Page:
Monday, February 8, 2016

Hospitality for the Rest of Us: Introverts Unite




Hi, my name is Tina and I'm an introvert.

I know that some of you may be surprised by that fact, because you see me talking with people and occasionally taking chances. I'm a little outspoken at times and don't mind organizing gatherings. Here's a little information for you, introvert does not mean shy or even socially awkward. Introverts, according to Susan Cain, author of Quiet, are typically people who prefer quieter, more minimally stimulating environments. Which means given the choice between a raucous night club and an evening at home with a few friends, introverts will tend to choose the latter. Not that they won't go out, but that it will cost them in recovery time beyond the lack of sleep.

Now that we have that out of the way and the majority of the extroverts have bailed, let's get real, fellow introverts. Because of your desire for quieter places with less stimulation, you're perfectly suited for hospitality. Your awareness of what's going on around you and your keen observation skills of people makes you the perfect choice for allowing others to be real. You are the people that get caught up in deep conversations in the middle of the night. You're also the folks that quietly send notes to those that are hurting. You're the ones that are giving others perfect gifts for their birthdays. You're paying attention, it makes you ideal for hospitality.

Granted, it might also mean that you are not going to have the open door party house in your neighborhood. It also means that you're likely to head out early from the office party. But those are minor in comparison to what you have to offer. Preferring quiet spaces means that you will naturally create them in the midst of your life. You are not likely to have that one special quiet spot so many devotionals talk about, you will have a whole houseful of them. And if you're out in the public sector, you'll have them there, too. People will experience them and some will enjoy it enough to want to come back for more.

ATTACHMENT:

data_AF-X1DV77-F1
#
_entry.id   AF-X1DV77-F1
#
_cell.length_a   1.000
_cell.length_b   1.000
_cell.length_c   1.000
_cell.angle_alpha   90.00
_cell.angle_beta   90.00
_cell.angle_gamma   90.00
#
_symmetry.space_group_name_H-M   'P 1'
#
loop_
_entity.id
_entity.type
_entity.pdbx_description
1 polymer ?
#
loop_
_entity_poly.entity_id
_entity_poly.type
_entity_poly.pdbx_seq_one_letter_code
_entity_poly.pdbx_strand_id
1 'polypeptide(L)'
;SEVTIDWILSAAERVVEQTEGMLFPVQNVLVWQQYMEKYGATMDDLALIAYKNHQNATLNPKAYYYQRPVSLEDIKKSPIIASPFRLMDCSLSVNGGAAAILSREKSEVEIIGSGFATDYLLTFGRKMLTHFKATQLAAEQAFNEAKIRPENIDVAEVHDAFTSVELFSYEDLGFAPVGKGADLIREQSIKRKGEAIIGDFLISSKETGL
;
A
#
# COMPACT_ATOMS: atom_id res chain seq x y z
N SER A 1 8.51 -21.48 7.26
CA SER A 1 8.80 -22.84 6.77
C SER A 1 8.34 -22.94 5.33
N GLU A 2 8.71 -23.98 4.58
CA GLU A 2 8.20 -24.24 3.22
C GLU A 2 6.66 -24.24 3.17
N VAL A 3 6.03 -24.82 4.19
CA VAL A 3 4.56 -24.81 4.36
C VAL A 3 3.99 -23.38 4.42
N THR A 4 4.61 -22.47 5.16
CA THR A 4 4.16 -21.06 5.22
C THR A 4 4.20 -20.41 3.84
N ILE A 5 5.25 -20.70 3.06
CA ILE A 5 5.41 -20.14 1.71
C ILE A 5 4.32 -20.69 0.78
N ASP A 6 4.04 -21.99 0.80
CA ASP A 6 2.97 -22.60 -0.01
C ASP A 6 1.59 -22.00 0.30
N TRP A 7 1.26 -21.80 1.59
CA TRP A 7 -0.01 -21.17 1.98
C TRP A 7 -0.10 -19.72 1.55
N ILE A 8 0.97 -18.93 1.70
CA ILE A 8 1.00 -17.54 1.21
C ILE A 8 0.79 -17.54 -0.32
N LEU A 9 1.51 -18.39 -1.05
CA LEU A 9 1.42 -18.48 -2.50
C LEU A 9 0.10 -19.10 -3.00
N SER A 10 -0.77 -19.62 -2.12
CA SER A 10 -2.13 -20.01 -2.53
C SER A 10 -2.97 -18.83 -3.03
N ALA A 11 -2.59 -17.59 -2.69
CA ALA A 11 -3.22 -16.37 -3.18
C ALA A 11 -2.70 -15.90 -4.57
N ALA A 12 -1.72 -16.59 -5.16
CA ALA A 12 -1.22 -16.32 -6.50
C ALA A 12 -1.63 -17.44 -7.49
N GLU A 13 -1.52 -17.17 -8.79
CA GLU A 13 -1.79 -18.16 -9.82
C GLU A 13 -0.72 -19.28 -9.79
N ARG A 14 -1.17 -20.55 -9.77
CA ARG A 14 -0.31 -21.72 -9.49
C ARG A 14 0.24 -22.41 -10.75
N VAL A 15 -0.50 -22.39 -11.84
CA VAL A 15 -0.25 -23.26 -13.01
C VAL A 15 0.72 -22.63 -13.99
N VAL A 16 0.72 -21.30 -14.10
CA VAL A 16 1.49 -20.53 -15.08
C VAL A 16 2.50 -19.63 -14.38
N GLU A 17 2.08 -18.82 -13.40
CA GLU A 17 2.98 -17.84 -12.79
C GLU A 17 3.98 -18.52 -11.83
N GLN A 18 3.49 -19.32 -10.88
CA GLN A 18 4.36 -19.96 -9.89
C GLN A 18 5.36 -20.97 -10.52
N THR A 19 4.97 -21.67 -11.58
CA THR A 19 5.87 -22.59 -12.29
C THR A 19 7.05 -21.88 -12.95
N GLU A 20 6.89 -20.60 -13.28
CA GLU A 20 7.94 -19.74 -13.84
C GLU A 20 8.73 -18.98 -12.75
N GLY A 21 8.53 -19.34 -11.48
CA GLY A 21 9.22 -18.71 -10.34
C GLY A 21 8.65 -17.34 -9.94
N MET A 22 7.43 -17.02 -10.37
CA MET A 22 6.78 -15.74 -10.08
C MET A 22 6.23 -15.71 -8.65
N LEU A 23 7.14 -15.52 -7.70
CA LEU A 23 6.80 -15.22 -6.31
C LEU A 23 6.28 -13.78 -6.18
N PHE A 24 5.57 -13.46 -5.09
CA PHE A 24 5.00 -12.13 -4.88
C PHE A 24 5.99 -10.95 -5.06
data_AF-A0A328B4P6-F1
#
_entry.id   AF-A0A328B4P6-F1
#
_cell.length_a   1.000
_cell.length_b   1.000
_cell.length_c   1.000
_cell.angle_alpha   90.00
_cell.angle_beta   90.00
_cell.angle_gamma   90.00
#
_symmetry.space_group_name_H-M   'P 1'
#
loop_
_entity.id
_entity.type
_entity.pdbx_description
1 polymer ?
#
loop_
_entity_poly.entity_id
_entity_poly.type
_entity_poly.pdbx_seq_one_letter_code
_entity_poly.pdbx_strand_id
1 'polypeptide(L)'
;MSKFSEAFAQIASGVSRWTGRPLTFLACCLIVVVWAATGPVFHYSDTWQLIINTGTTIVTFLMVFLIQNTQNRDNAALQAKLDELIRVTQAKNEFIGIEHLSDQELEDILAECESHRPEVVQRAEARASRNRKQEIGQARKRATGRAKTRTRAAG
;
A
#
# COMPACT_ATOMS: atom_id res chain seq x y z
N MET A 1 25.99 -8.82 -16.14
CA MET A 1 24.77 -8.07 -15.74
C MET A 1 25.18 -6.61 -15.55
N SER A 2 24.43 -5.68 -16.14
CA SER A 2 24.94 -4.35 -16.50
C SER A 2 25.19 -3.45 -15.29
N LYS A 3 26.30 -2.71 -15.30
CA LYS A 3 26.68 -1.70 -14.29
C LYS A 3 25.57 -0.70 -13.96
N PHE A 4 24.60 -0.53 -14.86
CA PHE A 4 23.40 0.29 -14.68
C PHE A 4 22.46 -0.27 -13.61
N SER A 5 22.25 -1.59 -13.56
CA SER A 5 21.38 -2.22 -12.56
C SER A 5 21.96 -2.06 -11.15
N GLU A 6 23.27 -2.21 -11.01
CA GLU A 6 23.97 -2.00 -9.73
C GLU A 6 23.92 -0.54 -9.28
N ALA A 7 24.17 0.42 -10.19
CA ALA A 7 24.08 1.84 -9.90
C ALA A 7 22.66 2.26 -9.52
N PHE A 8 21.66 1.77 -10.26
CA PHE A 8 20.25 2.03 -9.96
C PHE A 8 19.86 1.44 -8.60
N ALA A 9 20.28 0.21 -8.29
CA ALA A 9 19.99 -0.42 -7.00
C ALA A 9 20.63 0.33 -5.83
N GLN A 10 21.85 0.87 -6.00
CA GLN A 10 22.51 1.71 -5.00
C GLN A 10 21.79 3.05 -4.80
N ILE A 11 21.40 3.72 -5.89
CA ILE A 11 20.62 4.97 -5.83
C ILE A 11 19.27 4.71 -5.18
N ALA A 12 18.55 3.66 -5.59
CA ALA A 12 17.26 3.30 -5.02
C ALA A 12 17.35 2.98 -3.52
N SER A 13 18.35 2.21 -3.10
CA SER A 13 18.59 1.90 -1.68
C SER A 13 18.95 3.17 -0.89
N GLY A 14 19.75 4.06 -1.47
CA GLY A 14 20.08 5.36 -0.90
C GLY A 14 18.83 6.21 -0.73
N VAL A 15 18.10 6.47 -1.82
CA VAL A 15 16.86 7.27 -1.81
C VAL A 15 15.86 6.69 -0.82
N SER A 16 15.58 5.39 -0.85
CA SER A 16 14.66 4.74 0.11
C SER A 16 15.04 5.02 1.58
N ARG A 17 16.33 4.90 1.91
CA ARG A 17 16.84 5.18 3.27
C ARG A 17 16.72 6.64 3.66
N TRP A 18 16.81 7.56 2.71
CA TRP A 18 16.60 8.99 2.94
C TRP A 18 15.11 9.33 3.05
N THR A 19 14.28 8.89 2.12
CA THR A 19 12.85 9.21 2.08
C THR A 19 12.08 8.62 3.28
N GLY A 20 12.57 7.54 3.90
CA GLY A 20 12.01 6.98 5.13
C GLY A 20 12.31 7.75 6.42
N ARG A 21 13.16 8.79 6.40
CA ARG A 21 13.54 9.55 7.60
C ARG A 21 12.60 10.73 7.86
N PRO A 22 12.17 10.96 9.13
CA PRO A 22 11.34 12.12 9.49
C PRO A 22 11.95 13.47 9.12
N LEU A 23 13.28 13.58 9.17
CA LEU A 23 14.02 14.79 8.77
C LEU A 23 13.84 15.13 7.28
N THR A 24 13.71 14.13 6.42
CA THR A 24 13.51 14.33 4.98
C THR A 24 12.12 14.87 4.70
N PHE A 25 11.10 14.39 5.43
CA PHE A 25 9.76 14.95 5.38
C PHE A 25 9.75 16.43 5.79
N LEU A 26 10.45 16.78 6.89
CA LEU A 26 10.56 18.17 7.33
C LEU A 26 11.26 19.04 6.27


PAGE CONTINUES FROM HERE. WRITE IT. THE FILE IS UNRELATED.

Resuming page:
Introverts, we're the type of people to place wrapped candies on our desk, because you subconsciously know that you have to pause to eat it. You'll have the comfy couches at home because you like resting even if for just a moment. You will institute quiet time with your kids after lunch because you just know you won't make it through the day with all the chaos that is growth. You do these things instinctively. No one will tell you, you'll just create a space for moments of quiet in your life and invite people into them.

What you do once others are there? Take the time to be with them. You don't have to talk, but acknowledging others' presence is a key building block. Try not to complicate things so much that you miss out on partaking in the quiet with them. All great conversations start with a pause. And you know that you love great conversations. Yes small talk is painful, but deep real heart to hearts are life giving for you. You genuinely care about others and you love to discover that the local jerk is actually something much more. You're on the look out for the rest of the story.

That's what makes introverts so great at hospitality. They really want to get beyond the superficial part of life and discover the deep fascinating bits. We want to get pass the what clothes they're wearing and find out what makes them tick. And once you know, you love to use that relationship to make things even richer. It's part of the reason why introverts give such great gifts. They are looking for your heart and want to talk with it.

Yes, you may not be the typical party beast and the parties you throw potentially won't go down in fireside lore, but they have the potential to change things. Not just things, people. Introverts don't just hear people, they question them. People don't always like that. Some folks are completely happy with their reality and don't like others poking holes in it. And that's not the ultimate goal of an introvert, our desire is understanding, not challenging. It sometimes takes us decades to figure out when and how to ponder with others. We have so many internal dialogues about life, we don't realize that isn't typical for others.

At the end of the night, introverts are excellent hosts, especially if you're looking for a place to be yourself. They will gladly welcome you into their home but don't take it personally if after an hour of small talk they get a glazed look in their eye and start to mentally wander. But if you're able to get beyond that and into a conversation of substance, well it will be a great time for both of you.

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